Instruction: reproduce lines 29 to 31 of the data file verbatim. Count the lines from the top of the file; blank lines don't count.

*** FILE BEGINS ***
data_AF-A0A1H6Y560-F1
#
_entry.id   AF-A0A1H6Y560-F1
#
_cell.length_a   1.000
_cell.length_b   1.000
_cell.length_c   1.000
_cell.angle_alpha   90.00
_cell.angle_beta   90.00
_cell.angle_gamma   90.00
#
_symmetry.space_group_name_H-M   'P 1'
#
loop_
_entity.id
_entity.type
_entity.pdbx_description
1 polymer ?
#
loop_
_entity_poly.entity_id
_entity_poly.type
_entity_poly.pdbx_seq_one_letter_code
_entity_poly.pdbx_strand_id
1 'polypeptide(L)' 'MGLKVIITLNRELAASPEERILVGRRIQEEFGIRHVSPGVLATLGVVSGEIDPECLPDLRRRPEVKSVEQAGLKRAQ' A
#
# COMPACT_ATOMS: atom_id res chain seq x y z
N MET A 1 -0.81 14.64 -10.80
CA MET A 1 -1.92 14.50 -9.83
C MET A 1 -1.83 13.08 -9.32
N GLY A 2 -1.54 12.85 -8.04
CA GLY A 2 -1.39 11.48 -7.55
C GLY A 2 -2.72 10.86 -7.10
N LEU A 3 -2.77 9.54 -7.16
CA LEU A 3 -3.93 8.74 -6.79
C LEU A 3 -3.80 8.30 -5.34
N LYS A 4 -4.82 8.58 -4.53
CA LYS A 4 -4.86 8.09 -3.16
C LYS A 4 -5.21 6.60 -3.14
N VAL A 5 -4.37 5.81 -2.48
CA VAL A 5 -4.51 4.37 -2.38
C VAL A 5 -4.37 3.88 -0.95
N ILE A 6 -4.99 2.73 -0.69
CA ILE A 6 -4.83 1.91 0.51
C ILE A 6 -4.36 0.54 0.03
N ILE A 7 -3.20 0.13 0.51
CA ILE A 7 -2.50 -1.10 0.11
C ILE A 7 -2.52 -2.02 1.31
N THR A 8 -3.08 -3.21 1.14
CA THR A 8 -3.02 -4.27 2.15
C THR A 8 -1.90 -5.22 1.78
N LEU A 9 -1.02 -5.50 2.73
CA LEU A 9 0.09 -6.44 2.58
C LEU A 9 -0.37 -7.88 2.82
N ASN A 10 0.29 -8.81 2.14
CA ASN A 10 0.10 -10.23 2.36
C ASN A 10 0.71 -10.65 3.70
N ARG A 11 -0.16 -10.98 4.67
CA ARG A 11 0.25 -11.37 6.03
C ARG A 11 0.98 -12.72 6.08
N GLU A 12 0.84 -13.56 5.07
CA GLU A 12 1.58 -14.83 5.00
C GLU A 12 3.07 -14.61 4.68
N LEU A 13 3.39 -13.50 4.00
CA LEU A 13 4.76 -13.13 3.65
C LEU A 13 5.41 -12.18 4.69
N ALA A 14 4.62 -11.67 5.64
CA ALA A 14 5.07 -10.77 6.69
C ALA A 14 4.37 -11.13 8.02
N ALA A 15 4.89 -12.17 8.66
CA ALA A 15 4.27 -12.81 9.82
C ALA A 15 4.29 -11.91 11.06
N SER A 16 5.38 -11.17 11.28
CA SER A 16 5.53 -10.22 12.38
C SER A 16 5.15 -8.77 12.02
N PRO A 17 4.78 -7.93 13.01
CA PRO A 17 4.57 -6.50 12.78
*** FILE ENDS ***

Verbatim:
CA MET A 1 -1.92 14.50 -9.83
C MET A 1 -1.83 13.08 -9.32
N GLY A 2 -1.54 12.85 -8.04